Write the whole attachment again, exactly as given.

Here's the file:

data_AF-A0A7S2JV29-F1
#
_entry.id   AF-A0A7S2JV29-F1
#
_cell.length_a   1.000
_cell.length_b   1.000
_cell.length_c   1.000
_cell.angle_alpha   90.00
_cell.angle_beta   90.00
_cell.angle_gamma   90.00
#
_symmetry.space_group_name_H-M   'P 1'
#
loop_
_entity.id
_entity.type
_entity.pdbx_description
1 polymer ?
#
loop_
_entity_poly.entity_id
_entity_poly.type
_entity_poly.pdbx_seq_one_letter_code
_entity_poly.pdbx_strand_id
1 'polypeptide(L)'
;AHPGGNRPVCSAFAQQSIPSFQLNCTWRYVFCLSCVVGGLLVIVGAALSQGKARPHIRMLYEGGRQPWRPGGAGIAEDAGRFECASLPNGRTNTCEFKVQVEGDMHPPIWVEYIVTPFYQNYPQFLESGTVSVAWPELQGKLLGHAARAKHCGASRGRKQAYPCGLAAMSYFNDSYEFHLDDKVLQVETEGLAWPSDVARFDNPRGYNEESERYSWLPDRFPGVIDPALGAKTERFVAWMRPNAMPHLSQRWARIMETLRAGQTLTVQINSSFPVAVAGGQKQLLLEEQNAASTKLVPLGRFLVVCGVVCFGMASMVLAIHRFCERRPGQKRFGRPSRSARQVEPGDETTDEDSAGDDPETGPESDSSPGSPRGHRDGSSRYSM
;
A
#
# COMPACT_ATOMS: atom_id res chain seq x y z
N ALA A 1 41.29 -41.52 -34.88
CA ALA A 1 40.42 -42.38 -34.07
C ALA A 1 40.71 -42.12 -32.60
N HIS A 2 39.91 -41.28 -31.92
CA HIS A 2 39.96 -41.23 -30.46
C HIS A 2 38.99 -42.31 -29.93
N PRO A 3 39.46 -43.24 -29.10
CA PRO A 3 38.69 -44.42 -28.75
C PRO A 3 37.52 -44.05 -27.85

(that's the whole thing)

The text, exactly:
data_AF-A0A7S2JV29-F1
#
_entry.id   AF-A0A7S2JV29-F1
#
_cell.length_a   1.000
_cell.length_b   1.000
_cell.length_c   1.000
_cell.angle_alpha   90.00
_cell.angle_beta   90.00
_cell.angle_gamma   90.00
#
_symmetry.space_group_name_H-M   'P 1'
#
loop_
_entity.id
_entity.type
_entity.pdbx_description
1 polymer ?
#
loop_
_entity_poly.entity_id
_entity_poly.type
_entity_poly.pdbx_seq_one_letter_code
_entity_poly.pdbx_strand_id
1 'polypeptide(L)'
;AHPGGNRPVCSAFAQQSIPSFQLNCTWRYVFCLSCVVGGLLVIVGAALSQGKARPHIRMLYEGGRQPWRPGGAGIAEDAGRFECASLPNGRTNTCEFKVQVEGDMHPPIWVEYIVTPFYQNYPQFLESGTVSVAWPELQGKLLGHAARAKHCGASRGRKQAYPCGLAAMSYFNDSYEFHLDDKVLQVETEGLAWPSDVARFDNPRGYNEESERYSWLPDRFPGVIDPALGAKTERFVAWMRPNAMPHLSQRWARIMETLRAGQTLTVQINSSFPVAVAGGQKQLLLEEQNAASTKLVPLGRFLVVCGVVCFGMASMVLAIHRFCERRPGQKRFGRPSRSARQVEPGDETTDEDSAGDDPETGPESDSSPGSPRGHRDGSSRYSM
;
A
#
# COMPACT_ATOMS: atom_id res chain seq x y z
N ALA A 1 41.29 -41.52 -34.88
CA ALA A 1 40.42 -42.38 -34.07
C ALA A 1 40.71 -42.12 -32.60
N HIS A 2 39.91 -41.28 -31.92
CA HIS A 2 39.96 -41.23 -30.46
C HIS A 2 38.99 -42.31 -29.93
N PRO A 3 39.46 -43.24 -29.10
CA PRO A 3 38.69 -44.42 -28.75
C PRO A 3 37.52 -44.05 -27.85